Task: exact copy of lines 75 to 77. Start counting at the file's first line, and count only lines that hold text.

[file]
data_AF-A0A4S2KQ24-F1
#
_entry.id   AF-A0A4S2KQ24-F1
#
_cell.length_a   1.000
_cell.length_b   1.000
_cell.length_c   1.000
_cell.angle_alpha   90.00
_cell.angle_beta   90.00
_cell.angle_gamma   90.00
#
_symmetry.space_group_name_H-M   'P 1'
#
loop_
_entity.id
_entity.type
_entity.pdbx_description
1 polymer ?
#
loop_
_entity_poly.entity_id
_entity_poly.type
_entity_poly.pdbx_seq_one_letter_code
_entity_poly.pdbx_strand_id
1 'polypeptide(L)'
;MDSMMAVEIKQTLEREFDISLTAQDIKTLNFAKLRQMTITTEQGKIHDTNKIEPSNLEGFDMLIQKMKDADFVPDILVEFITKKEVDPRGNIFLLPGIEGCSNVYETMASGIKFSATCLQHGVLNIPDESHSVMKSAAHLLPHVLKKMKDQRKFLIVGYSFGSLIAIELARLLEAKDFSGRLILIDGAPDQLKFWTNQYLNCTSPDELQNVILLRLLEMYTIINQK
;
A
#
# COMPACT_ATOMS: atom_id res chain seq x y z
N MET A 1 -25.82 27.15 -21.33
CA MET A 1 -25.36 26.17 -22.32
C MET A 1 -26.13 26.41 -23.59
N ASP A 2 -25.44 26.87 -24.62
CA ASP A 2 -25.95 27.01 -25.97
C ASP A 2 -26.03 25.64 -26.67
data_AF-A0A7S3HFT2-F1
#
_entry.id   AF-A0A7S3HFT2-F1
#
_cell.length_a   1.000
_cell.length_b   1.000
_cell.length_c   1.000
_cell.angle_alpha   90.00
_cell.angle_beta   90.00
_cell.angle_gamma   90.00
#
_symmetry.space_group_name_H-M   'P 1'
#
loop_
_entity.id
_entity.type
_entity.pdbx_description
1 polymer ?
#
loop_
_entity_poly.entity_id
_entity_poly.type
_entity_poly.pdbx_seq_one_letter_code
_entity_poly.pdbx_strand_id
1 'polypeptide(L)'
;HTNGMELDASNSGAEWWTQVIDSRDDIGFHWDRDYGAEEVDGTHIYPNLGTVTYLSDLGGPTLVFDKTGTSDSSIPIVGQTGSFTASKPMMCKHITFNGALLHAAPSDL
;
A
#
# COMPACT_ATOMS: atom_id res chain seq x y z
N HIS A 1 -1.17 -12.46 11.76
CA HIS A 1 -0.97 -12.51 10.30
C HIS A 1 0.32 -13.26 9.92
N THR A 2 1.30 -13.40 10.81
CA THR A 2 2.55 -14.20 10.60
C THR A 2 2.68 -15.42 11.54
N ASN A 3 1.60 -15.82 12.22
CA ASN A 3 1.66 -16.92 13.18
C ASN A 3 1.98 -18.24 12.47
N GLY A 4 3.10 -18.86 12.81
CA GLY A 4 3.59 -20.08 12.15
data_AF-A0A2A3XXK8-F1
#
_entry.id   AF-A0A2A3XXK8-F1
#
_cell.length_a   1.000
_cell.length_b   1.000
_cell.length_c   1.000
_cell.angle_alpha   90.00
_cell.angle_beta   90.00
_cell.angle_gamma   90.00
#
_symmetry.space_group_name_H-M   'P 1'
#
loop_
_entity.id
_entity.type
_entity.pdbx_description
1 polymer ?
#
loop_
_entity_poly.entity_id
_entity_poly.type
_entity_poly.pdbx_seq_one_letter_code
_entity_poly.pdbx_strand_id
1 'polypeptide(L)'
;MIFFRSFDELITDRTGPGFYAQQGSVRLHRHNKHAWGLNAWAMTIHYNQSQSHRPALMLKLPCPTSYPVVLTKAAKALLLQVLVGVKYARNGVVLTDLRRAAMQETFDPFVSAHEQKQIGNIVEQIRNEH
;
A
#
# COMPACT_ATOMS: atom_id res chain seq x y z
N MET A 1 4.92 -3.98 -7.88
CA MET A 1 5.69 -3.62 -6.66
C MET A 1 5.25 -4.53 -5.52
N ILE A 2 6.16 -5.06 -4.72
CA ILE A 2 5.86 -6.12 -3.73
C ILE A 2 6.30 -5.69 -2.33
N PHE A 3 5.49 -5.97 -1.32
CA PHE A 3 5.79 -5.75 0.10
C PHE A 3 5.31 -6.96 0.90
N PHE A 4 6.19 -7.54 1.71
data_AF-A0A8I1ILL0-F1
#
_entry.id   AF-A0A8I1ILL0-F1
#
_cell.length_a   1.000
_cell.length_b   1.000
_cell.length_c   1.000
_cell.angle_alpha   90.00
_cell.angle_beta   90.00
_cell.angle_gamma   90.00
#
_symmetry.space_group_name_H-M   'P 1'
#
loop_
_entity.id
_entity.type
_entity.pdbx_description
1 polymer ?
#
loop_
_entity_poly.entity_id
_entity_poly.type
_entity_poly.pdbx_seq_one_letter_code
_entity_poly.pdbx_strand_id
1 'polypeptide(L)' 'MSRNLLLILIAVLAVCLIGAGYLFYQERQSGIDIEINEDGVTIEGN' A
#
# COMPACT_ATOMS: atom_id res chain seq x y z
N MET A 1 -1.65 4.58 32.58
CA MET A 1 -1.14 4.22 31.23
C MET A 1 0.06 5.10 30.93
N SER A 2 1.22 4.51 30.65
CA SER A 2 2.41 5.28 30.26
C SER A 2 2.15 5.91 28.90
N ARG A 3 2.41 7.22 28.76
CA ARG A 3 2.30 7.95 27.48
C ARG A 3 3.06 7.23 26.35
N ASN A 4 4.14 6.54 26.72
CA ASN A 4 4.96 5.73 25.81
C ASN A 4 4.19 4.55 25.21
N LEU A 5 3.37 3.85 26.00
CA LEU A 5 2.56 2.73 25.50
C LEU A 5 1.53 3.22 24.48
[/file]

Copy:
C ASN A 3 1.98 -18.24 12.47
N GLY A 4 3.10 -18.86 12.81
CA GLY A 4 3.59 -20.08 12.15